An Irish Jew?

I have had a rather unique upbringing.  My mother was raised Catholic, was married and divorced, then converted to Judaism, and finally decided she wanted to have children.  She was artificially inseminated to have me, her now 22 year old daughter.  It has been just my mom and I in my immediate family for my whole life, but we have been blessed with an amazing extended family and have many friends that have become part of and added branch of our family. For the first 9 years of my life, My mom and I lived in the basement apartment of one of my mom’s friends from work.  Elaine was a little older than my mom and had 4 children with her former husband, and had grandchildren that were around my age.  They became my adopted Jewish family.  We moved out when I was in 4th grade, and Elaine passed away when I was in 8th.  We stuck together through that hard time, and we are still extremely close with her family.  Elaine’s son, Andy, is my Godfather.  We spend passover each year with most of the family (it is a huge celebration that I look forward to enthusiastically) and see them on a regular basis throughout the year.  I feel so fortunate to have a strong Jewish family to be a part of.  I am lucky, because I also have a strong, supportive Catholic family.  My mom is one of seven children, so although I don’t know anything about my father or that side of the family, I have many aunts, uncles, and cousins.  I have never felt looked down on or left out with my family even though we are of different faiths.  If anything, it has made both my family bonds and my faith stronger.  I am able to learn from my family and to teach them.  It has created an open forum and has kept communication flowing.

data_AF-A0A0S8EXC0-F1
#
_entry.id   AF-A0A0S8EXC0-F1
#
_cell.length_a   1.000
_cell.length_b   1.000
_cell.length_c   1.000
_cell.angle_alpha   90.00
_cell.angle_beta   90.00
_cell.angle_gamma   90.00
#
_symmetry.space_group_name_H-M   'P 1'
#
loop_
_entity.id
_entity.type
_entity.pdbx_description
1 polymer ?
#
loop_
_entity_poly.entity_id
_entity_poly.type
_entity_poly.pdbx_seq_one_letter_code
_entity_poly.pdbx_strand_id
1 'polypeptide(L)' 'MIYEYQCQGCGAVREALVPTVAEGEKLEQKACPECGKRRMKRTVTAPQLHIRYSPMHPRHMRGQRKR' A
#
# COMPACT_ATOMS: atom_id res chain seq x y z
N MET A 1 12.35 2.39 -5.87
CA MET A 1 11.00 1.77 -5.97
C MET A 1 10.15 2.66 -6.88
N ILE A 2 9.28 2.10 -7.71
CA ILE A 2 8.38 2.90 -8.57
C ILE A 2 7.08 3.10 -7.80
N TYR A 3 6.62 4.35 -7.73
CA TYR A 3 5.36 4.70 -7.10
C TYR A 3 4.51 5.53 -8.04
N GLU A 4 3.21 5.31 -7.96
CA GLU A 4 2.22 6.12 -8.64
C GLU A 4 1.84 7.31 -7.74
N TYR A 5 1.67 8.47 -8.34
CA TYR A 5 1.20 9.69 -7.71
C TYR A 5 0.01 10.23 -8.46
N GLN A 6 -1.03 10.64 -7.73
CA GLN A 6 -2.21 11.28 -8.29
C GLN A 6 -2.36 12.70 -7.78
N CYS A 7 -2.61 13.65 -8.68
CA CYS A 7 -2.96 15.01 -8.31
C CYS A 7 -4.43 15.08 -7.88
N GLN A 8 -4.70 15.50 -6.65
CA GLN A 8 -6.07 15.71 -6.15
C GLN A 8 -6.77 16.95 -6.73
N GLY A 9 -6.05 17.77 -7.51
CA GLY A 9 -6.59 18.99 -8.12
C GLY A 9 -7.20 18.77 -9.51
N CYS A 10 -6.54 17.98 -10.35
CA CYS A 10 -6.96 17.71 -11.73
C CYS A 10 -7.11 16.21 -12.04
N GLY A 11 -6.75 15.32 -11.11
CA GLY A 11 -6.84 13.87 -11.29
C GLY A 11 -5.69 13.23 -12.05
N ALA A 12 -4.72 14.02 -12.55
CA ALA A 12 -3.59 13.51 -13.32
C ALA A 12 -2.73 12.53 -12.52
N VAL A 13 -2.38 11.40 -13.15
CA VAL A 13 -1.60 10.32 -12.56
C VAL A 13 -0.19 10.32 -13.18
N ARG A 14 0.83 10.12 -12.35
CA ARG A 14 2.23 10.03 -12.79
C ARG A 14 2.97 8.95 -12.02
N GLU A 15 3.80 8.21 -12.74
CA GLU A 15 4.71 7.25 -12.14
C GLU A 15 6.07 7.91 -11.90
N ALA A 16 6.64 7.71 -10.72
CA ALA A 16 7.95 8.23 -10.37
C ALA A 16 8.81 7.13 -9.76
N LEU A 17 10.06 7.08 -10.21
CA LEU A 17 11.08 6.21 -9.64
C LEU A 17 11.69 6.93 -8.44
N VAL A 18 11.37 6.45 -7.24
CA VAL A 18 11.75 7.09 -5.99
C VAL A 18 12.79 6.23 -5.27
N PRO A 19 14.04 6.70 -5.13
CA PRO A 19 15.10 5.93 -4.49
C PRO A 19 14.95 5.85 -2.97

My faith has always been a large part of my life.  Until I was in 3rd grade, we attended conservative Congregation B’nai Amoona, at which point we moved to the reform Congregation Shaare Emeth.  I went through Ladue School District, so I was not alone in my faith at school, seeing as there is a large Jewish community within the district.  I attended Hebrew School and Sunday School, was bat mitzvahed, participated in youth groups through middle and high school, and was a familiar face at temple.  My mom also played a large role in the community as a Gesher (7th grade religious school) and Sunday School teacher.  Since beginning college I have not been able to be as involved with the community, but my faith and spirituality are still a large part of my life.  I attend Saint Louis University, where I am in the extreme minority, but I love representing my religion and discussion theology with my friends and fellow students.

I am so grateful for my unique background.  It has made me a strong, distinct individual.  After all, how many people can say they are Irish Jews?

Lauren Yates


One Response

  1. Lauren,

    You have a very interesting personal history? Are you aware of the interesting history of the Irish Jews and their role in the establishment of the State of Israel?

    Here is a link to that describes the history of the Jews of Ireland:

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